Staff & Volunteer Engagement
Fulfilling a nonprofit mission is a collaborative effort. Staff members and volunteers are your most important resource. You should invest in them, set clear expectations and provide feedback on their performance. This environment is set from the top down.
Most days in the nonprofit world the 'to do' list is much longer than there are hours in the day. You may ask yourself "I have to worry about donors, the board, strategy, fiscal sustainability and responsibility, program integrity, marketing......and the staff and volunteers? People who are supposed to be helping me with that 'to do' list!"
The answer is "YES!"
Appreciated, passionate staff and volunteers will help you with that long to do list and speak well about the nonprofit if they feel valued.
From the 2015 UST Nonprofit Employee Engagement and Retention Report
Gallup defines engaged employees as those who are “involved in, enthusiastic about, and committed to their work and contribute to their organization in a positive manner.” With the nonprofit sector growing rapidly, engagement in the workplace is vital to the health of an organization as it grows.
One of the key takeaways from the report:
Culture, mission, and purpose are key drivers of satisfaction for nonprofit employees. It’s important to communicate purpose to employees to keep them engaged from the outset. Setting goals that directly affect the mission, and celebrating their successes, is one of the best ways to keep employees engaged and increase retention. Culture is driven by the values that the organization and its managers express—so make sure any core beliefs and desired behaviors are communicated from the top down and are tied to your mission.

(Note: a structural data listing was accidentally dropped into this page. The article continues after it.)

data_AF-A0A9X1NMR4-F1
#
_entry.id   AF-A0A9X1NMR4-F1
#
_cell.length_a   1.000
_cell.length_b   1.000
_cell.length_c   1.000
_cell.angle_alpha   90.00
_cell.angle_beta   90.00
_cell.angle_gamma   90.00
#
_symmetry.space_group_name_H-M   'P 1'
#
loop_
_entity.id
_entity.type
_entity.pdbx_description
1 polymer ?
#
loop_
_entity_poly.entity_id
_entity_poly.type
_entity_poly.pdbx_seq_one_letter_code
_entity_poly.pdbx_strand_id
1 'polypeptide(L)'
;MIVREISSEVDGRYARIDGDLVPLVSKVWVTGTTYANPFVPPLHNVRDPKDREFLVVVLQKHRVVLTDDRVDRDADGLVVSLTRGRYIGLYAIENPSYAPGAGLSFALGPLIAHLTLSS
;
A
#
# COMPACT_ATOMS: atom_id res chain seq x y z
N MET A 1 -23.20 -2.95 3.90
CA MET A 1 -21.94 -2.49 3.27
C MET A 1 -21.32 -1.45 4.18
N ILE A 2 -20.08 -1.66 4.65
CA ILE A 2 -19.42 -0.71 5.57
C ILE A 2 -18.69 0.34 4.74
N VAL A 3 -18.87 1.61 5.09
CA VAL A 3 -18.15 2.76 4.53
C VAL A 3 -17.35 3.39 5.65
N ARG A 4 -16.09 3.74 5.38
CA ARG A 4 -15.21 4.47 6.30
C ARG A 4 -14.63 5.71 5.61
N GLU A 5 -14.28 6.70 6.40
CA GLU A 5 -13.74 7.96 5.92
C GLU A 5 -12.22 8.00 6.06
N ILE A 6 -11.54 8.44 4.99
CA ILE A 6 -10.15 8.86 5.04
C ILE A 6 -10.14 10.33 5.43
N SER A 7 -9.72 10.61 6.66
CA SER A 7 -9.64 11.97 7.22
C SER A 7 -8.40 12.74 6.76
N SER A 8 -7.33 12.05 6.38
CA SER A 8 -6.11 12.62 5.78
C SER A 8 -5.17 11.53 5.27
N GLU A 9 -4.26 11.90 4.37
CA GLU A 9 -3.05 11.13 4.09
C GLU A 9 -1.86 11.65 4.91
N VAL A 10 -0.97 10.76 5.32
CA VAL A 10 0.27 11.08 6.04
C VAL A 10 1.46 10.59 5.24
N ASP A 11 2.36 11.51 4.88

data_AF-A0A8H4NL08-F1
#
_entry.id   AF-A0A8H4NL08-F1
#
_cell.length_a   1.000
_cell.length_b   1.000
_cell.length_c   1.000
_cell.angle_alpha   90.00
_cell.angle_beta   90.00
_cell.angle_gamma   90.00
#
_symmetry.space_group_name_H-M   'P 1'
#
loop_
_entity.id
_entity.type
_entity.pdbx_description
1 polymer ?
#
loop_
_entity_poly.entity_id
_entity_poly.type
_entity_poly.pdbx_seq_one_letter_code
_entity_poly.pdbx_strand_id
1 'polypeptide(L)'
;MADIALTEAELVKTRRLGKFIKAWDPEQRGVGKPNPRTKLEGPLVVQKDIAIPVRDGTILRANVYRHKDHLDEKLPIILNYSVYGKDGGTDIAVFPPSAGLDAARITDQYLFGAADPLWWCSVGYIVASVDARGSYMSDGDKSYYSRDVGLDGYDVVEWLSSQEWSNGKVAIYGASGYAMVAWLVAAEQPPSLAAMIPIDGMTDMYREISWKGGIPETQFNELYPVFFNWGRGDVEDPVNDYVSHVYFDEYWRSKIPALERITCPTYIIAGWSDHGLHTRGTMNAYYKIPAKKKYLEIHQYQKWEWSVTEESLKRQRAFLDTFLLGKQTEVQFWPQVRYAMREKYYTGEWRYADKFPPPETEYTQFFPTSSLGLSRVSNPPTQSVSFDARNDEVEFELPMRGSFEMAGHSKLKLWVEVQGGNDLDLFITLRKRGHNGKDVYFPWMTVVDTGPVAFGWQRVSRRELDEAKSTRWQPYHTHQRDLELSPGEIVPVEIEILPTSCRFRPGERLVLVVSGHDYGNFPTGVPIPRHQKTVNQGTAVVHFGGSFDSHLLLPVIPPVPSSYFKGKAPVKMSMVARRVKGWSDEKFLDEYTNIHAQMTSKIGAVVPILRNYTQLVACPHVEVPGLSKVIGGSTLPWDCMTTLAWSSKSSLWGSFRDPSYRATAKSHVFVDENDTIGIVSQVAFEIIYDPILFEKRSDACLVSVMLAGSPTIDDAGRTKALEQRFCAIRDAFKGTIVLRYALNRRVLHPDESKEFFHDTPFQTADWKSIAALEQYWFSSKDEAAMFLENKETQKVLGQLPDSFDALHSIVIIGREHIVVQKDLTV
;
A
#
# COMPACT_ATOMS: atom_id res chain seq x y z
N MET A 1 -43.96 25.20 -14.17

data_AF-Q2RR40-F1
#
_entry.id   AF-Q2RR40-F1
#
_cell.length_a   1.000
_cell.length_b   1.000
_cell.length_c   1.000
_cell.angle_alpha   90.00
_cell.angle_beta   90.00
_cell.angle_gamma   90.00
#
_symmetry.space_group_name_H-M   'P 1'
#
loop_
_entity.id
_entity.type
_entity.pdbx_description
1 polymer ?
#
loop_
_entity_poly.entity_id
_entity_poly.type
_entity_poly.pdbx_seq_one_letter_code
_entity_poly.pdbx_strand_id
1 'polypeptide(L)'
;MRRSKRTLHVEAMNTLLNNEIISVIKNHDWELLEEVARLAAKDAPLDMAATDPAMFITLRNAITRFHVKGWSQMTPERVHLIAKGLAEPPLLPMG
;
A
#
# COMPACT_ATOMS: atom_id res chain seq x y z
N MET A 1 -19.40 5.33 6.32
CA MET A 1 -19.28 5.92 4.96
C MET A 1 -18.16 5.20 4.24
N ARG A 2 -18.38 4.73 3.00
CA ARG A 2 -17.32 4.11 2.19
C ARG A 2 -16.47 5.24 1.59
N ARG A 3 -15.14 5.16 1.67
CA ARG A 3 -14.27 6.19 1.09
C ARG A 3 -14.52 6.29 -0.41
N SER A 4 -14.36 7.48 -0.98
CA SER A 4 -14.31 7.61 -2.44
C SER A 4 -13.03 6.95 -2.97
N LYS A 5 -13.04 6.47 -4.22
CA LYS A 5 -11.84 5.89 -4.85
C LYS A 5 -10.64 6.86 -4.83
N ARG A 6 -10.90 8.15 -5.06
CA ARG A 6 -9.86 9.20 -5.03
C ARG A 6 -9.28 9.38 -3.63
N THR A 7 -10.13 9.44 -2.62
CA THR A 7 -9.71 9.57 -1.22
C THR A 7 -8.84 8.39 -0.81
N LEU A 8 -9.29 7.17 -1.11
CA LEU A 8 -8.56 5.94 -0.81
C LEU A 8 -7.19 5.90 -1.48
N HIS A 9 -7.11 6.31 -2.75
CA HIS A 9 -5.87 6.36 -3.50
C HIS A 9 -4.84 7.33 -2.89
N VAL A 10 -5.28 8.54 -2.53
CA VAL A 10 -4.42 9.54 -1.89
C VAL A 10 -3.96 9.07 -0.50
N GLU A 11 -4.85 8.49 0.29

From Strategic Volunteer Engagement - A Guide for Nonprofits
Despite the idiosyncratic role of volunteer involvement within the nonprofit and public sectors, remarkably few organizations possess the knowledge to strategically maximize this advantage. Equally few decision-makers understand the basic constructs of volunteer engagement. Many in top leadership positions do not know what they might expect from an engaged volunteer workforce, nor are they aware of the critical importance of an infrastructure designed to facilitate and support commu - nity engagement.
Your parents were right. Manners matter.
A little appreciation goes
a long way!